|THE FRENCH RESPONSE|
February 5, 2003
French Foreign Minister Dominique de Villepin responds to Powell's report by calling on the U.N. Security Council to strengthen its inspection regime, saying a military attack should only be a final resort.
| MIN. DOMINIQUE DE VILLEPIN
(foreign minister of France): (Through interpreter.) Thank you, Mr. President,
Secretary-General, ladies and gentlemen, ministers, ambassadors.|
First of all, France wishes to reiterate condolences to our American friends after the terrible tragedy that occurred with the Space Shuttle Columbia.
I'd like to congratulate the German government for having organized this meeting and would like to thank Secretary of State Colin Powell for having take(n) the initiative of convening it.
I listened very carefully to the elements that he gave to us. They contained information, indications, questions which deserve further exploration. It will be up to the inspectors to assess the facts, as is stated in Resolution 1441.
Already his presentation has provided further justification for the approach chosen by the United Nations. It must strengthen our common determination. By unanimously adopting Resolution 1441, we chose to act through the inspections. This policy rests on three fundamental points: a clear objective, on which we cannot compromise, the disarmament of Iraq; a method, a rigorous system of inspections requiring of Iraq active cooperation and which affirms at each stage the central role of the Security Council; a requirement, finally, that of our unity, it gave full force to the message that we unanimously addressed to Baghdad.
I hope that today's meeting will make it possible to
strengthen this unity. Important results have already been achieved. UNMOVIC and
IAEA are working. The deployment on the ground of more than 100 inspectors has
occurred; 300 visits on average, an increase in the number of sites inspected,
complete access to the presidential sites in particular. These are all major
The inspectors have reported real difficulties. In their report of 27 January, Mr. Blix gave several examples of unresolved questions in the ballistic, chemical and biological areas.
These uncertainties are not acceptable.
France will continue to transmit all of the information we have in order to define
it better. Right now, our attention must be focused, as a matter of priority,
on the biological and chemical areas. This is where our presumptions vis a vis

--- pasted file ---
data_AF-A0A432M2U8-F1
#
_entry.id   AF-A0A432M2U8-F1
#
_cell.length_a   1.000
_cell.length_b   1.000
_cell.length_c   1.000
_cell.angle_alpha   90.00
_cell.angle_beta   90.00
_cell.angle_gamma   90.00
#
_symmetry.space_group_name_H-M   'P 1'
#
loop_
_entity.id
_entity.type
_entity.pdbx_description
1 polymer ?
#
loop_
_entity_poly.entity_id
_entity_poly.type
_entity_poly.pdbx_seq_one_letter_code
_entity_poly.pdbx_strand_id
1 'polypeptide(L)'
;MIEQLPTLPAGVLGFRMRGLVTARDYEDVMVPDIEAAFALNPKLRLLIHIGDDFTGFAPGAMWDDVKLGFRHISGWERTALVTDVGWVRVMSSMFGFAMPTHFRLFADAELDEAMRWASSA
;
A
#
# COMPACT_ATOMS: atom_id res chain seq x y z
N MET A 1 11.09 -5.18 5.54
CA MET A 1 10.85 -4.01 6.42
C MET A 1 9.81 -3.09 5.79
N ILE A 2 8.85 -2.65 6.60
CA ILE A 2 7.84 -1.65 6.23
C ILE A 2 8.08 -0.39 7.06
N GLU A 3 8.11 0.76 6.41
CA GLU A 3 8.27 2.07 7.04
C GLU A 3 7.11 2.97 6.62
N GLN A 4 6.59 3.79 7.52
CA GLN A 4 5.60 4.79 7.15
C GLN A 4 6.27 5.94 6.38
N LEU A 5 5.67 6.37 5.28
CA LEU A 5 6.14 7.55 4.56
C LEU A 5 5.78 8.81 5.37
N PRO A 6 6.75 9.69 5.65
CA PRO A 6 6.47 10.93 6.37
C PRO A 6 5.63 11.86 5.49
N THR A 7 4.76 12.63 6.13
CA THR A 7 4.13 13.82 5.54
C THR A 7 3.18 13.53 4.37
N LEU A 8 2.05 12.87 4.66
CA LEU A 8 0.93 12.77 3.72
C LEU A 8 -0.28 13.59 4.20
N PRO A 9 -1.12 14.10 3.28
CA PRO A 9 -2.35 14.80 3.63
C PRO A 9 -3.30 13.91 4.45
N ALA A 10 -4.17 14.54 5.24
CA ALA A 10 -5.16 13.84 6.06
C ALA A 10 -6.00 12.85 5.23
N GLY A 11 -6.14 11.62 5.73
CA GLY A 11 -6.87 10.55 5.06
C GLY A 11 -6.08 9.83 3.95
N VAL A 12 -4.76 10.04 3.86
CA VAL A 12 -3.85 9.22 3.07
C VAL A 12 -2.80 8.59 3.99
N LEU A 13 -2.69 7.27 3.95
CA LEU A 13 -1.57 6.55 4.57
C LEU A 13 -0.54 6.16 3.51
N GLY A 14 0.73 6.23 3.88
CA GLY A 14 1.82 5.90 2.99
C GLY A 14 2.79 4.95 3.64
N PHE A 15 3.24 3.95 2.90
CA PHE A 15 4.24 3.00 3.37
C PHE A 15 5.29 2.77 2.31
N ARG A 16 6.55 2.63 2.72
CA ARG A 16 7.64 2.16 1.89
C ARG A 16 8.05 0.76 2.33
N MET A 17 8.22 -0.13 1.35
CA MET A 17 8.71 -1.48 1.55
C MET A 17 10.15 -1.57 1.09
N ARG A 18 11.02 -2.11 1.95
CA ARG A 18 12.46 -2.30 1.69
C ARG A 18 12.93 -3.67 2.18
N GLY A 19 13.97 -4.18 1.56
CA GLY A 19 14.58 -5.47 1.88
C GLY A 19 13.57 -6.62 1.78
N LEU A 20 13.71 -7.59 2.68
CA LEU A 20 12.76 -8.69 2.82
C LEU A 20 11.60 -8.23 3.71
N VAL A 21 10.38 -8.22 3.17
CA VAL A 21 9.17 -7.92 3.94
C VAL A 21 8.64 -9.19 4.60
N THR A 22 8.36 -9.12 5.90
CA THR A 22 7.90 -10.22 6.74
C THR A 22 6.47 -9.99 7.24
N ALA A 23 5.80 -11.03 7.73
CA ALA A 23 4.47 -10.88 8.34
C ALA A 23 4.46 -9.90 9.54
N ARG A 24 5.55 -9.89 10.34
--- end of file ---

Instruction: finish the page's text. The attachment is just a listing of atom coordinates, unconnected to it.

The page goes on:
Iraq are the most significant.
But we have disturbing indications
about the continued determination of Iraq to acquire ballistic missiles with a
range exceeding the authorized range of 150 kilometers.
But in this kind of scenario, several responses must be clearly given to all governments and all peoples of the world in order to limit uncertainty.
To what extent do the nature and scope of the threat justify use of force? How can we see to it that the considerable risks of this kind of intervention can truly be kept under control? This clearly requires a collective demarche of responsibility by the international community.
It should, however, be clear that in the context of this option, the United
Nations must be at the center of the action to guarantee the unity of Iraq, to
guarantee the stability of the region, to protect civilians and preserve the unity
of the international community.
Consistent with the logic of this
resolution, we must move on to a new stage and further strengthen the inspections.
Given the choice between military intervention and an inspections regime that
is inadequate because of a failure to operate on Iraq's part, we must choose the
decisive reinforcement of the means of inspection. And this is today what France
Let us double, let us triple the number of inspectors; let us open more regional offices; let us go further than this. Could we not, for example, put up -- set up a specialized body to keep under surveillance the sites and areas that have already been inspected?
Let us very significantly reinforce the capacity for monitoring, collecting information in Iraq. France is prepared to provide full support of this. It is ready to deploy observation aircraft of the Mirage IV kind.
Let us establish collectively a coordination center and an information processing center that will provide in real time and in a coordinated manner to Mr. Blix and to Dr. ElBaradei all the intelligence resources that they may require.
Let us list and rank in importance unresolved disarmament questions. With the consent of the leaders of the inspection teams, let us lay down a time frame that is strict and realistic in order to move forward in evaluating and eliminating problems.
to have regular follow-up of progress made in the disarmament of Iraq.
Those that were handed over on the 20th of January was a step in the right direction.
The 3,000 pages of documents discovered at the home of a researcher show that Baghdad must do more. Failing these documents, Iraq must be able to present credible testimony.
The Iraqi authorities must also provide to the inspectors answers to the new information provided by Colin Powell.
Between now and the inspectors next report on the 14th
of February, Iraq must provide new elements. The next visit to Baghdad by the
leaders of the inspectors must be an opportunity to provide concrete -- to achieve